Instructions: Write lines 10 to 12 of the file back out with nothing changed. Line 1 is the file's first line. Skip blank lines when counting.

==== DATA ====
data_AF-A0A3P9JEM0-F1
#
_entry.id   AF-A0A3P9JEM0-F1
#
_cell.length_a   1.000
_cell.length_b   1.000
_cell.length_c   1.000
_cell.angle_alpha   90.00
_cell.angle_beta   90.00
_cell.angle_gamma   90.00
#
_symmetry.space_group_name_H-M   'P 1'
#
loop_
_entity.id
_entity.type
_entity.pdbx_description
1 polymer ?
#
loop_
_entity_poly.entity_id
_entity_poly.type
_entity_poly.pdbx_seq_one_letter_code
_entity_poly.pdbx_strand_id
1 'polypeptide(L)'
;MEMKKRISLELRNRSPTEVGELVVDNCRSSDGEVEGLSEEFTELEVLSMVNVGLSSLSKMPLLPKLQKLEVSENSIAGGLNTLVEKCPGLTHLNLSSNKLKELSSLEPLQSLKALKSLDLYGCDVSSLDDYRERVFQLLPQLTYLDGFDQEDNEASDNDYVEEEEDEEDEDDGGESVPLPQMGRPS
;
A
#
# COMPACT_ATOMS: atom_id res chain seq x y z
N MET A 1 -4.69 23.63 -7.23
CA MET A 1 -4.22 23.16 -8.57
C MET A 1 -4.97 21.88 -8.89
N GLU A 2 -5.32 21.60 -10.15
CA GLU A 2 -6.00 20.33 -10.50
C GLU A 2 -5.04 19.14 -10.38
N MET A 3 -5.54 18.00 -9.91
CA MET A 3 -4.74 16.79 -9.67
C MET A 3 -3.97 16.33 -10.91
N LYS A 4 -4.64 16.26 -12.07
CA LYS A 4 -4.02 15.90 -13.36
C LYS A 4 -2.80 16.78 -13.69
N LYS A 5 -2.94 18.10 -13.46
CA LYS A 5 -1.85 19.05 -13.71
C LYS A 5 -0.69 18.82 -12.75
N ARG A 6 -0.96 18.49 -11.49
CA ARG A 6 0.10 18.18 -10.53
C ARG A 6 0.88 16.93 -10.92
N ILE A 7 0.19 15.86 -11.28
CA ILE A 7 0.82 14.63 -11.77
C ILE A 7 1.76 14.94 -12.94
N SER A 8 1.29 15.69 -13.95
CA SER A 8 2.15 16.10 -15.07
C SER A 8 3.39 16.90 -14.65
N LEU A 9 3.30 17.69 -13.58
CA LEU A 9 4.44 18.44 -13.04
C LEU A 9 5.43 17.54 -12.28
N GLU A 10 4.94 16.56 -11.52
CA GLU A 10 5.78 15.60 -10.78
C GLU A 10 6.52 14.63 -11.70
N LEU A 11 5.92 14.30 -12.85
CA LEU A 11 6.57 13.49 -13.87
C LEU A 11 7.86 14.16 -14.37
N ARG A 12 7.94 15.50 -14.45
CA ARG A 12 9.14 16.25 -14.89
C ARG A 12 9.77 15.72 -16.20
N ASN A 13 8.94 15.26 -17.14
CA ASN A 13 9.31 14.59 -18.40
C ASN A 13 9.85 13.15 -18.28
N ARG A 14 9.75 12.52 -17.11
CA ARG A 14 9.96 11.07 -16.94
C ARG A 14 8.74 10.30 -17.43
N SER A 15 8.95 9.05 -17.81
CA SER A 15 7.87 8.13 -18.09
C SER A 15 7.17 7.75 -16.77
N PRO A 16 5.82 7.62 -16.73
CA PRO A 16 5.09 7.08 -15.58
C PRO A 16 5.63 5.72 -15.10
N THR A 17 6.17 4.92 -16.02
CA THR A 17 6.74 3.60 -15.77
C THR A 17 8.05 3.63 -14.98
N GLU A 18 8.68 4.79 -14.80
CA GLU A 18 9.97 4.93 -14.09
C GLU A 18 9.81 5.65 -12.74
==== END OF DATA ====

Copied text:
_cell.angle_gamma   90.00
#
_symmetry.space_group_name_H-M   'P 1'